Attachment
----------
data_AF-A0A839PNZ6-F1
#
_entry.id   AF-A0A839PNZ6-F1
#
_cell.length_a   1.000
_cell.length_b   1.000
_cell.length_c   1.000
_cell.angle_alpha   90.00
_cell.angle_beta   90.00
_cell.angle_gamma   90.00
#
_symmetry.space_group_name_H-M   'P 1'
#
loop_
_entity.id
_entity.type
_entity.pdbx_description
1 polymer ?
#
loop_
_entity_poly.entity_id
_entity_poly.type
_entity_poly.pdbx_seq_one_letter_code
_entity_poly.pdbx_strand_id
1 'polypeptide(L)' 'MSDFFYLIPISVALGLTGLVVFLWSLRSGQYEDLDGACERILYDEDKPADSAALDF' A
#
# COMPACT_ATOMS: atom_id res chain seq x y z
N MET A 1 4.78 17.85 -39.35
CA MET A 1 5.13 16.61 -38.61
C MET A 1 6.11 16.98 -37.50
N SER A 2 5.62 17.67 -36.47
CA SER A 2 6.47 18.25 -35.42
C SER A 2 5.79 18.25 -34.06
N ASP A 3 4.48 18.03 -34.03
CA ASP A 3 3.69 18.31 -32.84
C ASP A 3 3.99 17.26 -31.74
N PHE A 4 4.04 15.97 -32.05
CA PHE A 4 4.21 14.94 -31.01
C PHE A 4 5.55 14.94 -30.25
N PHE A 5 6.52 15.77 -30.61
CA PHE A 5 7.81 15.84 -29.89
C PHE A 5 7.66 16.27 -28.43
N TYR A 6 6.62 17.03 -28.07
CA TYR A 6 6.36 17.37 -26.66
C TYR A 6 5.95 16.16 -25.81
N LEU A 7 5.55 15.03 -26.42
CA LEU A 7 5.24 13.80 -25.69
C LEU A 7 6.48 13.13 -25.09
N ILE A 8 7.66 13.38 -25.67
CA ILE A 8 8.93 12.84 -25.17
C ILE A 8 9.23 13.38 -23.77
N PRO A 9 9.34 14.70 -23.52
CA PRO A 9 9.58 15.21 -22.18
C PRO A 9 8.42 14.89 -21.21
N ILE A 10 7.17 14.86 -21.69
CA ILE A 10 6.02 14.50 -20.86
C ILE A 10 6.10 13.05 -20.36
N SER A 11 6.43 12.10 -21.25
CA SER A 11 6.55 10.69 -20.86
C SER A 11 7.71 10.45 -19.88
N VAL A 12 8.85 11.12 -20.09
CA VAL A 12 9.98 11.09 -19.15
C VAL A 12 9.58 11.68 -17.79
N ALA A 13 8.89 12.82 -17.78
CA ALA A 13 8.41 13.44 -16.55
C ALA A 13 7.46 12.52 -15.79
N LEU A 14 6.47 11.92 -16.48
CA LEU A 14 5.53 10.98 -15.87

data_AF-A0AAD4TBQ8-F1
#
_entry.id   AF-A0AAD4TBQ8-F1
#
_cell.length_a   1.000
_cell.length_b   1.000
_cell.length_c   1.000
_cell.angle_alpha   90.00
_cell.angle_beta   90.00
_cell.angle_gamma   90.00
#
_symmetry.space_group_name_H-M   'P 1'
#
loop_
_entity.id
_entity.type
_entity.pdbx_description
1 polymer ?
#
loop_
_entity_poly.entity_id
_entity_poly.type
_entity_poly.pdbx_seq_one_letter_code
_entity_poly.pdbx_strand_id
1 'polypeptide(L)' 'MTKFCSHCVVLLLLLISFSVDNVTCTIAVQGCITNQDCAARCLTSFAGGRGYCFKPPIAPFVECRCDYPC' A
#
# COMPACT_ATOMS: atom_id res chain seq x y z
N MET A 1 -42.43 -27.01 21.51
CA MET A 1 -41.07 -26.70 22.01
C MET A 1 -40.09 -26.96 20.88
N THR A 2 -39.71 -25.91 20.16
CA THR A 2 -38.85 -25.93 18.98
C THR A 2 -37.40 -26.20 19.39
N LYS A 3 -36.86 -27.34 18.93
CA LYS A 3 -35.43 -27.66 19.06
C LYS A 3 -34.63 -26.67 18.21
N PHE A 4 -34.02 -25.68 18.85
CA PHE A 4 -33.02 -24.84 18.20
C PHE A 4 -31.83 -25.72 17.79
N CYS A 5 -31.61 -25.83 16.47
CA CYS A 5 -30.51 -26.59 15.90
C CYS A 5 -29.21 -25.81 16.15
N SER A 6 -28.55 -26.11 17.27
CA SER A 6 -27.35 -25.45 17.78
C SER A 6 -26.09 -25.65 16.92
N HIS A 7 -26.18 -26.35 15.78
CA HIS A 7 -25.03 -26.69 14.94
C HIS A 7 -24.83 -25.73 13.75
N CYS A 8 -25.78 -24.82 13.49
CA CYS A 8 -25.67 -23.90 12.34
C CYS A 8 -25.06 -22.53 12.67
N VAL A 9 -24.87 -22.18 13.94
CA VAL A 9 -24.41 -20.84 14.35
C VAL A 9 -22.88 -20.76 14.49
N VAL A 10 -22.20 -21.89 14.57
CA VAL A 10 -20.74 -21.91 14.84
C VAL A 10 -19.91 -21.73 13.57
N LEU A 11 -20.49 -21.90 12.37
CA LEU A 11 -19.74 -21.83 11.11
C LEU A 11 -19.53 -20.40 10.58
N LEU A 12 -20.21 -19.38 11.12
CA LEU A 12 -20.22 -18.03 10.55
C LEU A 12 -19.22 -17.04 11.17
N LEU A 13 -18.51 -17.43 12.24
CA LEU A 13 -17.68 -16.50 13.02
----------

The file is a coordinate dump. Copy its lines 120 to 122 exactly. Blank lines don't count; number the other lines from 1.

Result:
N VAL A 9 -24.87 -22.18 13.94
CA VAL A 9 -24.41 -20.84 14.35
C VAL A 9 -22.88 -20.76 14.49